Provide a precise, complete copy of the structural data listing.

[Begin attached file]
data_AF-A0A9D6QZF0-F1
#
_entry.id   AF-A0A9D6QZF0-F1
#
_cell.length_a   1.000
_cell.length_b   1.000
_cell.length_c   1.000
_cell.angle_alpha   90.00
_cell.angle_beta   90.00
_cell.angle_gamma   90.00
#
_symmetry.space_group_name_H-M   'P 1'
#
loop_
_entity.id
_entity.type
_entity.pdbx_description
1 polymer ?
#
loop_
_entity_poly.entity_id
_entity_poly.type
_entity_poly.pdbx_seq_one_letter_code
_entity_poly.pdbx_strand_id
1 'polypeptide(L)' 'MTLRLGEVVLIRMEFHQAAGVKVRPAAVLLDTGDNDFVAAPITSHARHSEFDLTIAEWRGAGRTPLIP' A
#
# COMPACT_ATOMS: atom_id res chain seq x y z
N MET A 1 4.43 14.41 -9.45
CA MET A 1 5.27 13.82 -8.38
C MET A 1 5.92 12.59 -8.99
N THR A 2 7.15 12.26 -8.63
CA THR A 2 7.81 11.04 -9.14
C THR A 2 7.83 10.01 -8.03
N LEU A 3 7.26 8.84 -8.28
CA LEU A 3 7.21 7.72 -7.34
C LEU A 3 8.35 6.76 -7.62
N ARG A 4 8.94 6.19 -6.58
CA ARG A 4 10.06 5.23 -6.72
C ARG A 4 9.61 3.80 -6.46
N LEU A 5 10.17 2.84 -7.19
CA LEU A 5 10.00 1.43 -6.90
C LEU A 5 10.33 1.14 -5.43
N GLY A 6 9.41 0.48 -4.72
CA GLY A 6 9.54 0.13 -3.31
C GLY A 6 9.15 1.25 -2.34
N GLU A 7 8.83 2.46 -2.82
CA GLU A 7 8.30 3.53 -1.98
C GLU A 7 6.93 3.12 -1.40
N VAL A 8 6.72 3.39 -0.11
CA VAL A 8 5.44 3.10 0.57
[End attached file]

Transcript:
data_AF-A0A9D6QZF0-F1
#
_entry.id   AF-A0A9D6QZF0-F1
#
_cell.length_a   1.000
_cell.length_b   1.000
_cell.length_c   1.000
_cell.angle_alpha   90.00
_cell.angle_beta   90.00
_cell.angle_gamma   90.00
#
_symmetry.space_group_name_H-M   'P 1'
#
loop_
_entity.id
_entity.type
_entity.pdbx_description
1 polymer ?
#
loop_
_entity_poly.entity_id
_entity_poly.type
_entity_poly.pdbx_seq_one_letter_code
_entity_poly.pdbx_strand_id
1 'polypeptide(L)' 'MTLRLGEVVLIRMEFHQAAGVKVRPAAVLLDTGDNDFVAAPITSHARHSEFDLTIAEWRGAGRTPLIP' A
#
# COMPACT_ATOMS: atom_id res chain seq x y z
N MET A 1 4.43 14.41 -9.45
CA MET A 1 5.27 13.82 -8.38
C MET A 1 5.92 12.59 -8.99
N THR A 2 7.15 12.26 -8.63
CA THR A 2 7.81 11.04 -9.14
C THR A 2 7.83 10.01 -8.03
N LEU A 3 7.26 8.84 -8.28
CA LEU A 3 7.21 7.72 -7.34
C LEU A 3 8.35 6.76 -7.62
N ARG A 4 8.94 6.19 -6.58
CA ARG A 4 10.06 5.23 -6.72
C ARG A 4 9.61 3.80 -6.46
N LEU A 5 10.17 2.84 -7.19
CA LEU A 5 10.00 1.43 -6.90
C LEU A 5 10.33 1.14 -5.43
N GLY A 6 9.41 0.48 -4.72
CA GLY A 6 9.54 0.13 -3.31
C GLY A 6 9.15 1.25 -2.34
N GLU A 7 8.83 2.46 -2.82
CA GLU A 7 8.30 3.53 -1.98
C GLU A 7 6.93 3.12 -1.40
N VAL A 8 6.72 3.39 -0.11
CA VAL A 8 5.44 3.10 0.57